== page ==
US embassy staff in Colombia suffering from Havana Syndrome ahead of Blinken's visit

The U.S. Embassy in Colombia is investigating several cases of the mysterious neurological affliction known as Havana Syndrome, U.S. officials said, days before Secretary of State Antony Blinken is expected to visit.

In emails to embassy personnel, sent by Ambassador Philip Goldberg and others and reviewed by The Wall Street Journal, the State Department vowed to address the issue “seriously, with objectivity and with sensitivity” as they work to determine who is affected.

At least five American families have come down with ailments, said people familiar with the matter in Bogotá, the Colombian capital.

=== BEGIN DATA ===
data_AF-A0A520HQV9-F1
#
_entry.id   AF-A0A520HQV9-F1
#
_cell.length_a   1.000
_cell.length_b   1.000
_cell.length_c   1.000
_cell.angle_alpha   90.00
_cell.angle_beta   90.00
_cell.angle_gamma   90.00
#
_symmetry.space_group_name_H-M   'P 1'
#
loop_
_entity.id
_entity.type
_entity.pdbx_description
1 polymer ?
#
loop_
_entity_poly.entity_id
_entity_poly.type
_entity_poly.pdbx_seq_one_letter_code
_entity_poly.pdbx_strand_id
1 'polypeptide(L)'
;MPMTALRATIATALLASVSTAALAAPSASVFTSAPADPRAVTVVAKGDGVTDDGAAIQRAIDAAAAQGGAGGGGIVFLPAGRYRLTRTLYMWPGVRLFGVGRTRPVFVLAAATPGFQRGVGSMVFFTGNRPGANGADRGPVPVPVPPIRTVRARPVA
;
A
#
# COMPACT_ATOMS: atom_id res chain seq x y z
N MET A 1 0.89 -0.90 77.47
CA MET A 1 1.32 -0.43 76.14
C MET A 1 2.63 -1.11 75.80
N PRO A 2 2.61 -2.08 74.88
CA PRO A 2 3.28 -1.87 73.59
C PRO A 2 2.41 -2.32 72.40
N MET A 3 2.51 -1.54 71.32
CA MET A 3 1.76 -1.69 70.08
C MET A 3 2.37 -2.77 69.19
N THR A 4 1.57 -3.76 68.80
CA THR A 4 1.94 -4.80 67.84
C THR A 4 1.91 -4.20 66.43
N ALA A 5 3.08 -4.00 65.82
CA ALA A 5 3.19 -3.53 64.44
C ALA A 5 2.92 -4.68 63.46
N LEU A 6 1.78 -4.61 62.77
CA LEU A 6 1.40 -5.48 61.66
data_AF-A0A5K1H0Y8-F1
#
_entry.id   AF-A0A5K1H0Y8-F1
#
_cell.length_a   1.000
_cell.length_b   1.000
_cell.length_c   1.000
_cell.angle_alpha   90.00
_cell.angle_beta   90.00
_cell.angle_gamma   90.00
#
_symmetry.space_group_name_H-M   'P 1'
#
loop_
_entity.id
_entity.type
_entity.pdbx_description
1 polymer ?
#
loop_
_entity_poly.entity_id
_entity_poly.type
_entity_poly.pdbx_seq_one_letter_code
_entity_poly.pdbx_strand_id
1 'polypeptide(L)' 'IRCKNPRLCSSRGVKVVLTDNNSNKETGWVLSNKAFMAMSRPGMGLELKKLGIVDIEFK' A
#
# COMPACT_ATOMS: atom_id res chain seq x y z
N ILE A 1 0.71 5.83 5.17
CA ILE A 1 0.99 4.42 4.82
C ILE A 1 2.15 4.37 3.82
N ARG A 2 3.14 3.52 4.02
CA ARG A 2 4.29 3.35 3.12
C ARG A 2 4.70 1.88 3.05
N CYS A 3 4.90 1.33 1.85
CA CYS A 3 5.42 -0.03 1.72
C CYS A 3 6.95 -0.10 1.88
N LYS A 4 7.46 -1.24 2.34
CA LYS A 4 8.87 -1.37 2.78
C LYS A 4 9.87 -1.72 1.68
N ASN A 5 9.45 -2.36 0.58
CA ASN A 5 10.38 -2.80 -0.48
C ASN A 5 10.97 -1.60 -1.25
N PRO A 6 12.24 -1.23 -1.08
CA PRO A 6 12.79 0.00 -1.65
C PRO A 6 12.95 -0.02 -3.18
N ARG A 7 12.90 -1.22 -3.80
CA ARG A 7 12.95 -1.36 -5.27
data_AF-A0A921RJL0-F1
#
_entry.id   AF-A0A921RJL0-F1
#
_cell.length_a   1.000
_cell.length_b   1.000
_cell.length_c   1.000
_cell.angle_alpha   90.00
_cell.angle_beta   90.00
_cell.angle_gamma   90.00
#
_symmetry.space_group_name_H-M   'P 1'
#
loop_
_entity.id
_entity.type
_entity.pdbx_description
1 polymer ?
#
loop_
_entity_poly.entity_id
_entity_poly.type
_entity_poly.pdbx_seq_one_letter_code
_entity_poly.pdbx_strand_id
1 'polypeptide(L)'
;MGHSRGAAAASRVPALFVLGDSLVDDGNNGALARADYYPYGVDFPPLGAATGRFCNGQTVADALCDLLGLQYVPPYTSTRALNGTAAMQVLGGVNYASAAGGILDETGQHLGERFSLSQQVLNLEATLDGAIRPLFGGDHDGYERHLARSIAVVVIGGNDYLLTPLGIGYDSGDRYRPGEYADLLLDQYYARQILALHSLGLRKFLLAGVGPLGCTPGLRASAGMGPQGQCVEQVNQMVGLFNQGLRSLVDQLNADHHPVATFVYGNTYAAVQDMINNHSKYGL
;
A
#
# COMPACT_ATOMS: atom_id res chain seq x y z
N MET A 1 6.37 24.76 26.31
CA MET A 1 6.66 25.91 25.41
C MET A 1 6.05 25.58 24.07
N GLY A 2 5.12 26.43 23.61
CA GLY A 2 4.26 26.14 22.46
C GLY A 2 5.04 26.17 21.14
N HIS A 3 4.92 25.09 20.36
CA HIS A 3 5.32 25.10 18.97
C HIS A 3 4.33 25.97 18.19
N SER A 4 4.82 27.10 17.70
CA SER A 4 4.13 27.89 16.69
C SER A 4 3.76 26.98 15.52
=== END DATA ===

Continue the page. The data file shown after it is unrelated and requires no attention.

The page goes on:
Embassy staff were initially alerted to “an unexplained health incident” via email in mid-September. A later email, dated Oct. 1, informed embassy personnel that the regional security office was investigating “additional Anomalous Health Incidents,” the U.S. government’s term for the illness.

CIA DIRECTOR’S TEAM EXPERIENCED HAVANA SYNDROME SYMPTOMS ON RECENT TRIP TO INDIA

The October email added that “there is no stigma to reporting any health-related incident in which the underlying causes are not known.”

The American Embassy in Bogotá is among the U.S.’s largest in the world, with robust intelligence and antidrug operations working to thwart cocaine trafficking operations in the region and contend with the leftist regime in neighboring Venezuela.

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